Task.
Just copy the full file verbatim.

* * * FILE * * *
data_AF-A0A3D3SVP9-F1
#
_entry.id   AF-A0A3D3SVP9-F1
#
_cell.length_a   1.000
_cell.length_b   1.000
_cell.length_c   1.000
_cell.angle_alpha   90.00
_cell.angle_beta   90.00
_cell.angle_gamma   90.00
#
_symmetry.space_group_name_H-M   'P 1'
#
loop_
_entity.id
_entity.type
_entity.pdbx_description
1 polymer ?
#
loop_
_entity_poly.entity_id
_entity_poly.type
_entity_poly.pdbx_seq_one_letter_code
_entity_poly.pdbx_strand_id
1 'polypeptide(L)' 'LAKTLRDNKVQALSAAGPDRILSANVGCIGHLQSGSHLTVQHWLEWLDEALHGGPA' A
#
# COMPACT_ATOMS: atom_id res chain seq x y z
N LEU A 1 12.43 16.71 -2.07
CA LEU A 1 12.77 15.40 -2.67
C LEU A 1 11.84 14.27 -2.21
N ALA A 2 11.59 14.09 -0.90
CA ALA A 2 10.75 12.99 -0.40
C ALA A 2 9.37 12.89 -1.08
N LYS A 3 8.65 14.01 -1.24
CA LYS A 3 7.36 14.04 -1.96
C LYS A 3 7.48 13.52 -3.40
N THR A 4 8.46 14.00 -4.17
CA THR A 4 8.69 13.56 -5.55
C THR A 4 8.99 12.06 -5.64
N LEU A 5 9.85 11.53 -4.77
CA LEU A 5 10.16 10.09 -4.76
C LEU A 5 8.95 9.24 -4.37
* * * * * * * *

data_AF-A0A3D3SVP9-F1
#
_entry.id   AF-A0A3D3SVP9-F1
#
_cell.length_a   1.000
_cell.length_b   1.000
_cell.length_c   1.000
_cell.angle_alpha   90.00
_cell.angle_beta   90.00
_cell.angle_gamma   90.00
#
_symmetry.space_group_name_H-M   'P 1'
#
loop_
_entity.id
_entity.type
_entity.pdbx_description
1 polymer ?
#
loop_
_entity_poly.entity_id
_entity_poly.type
_entity_poly.pdbx_seq_one_letter_code
_entity_poly.pdbx_strand_id
1 'polypeptide(L)' 'LAKTLRDNKVQALSAAGPDRILSANVGCIGHLQSGSHLTVQHWLEWLDEALHGGPA' A
#
# COMPACT_ATOMS: atom_id res chain seq x y z
N LEU A 1 12.43 16.71 -2.07
CA LEU A 1 12.77 15.40 -2.67
C LEU A 1 11.84 14.27 -2.21
N ALA A 2 11.59 14.09 -0.90
CA ALA A 2 10.75 12.99 -0.40
C ALA A 2 9.37 12.89 -1.08
N LYS A 3 8.65 14.01 -1.24
CA LYS A 3 7.36 14.04 -1.96
C LYS A 3 7.48 13.52 -3.40
N THR A 4 8.46 14.00 -4.17
CA THR A 4 8.69 13.56 -5.55
C THR A 4 8.99 12.06 -5.64
N LEU A 5 9.85 11.53 -4.77
CA LEU A 5 10.16 10.09 -4.76
C LEU A 5 8.95 9.24 -4.37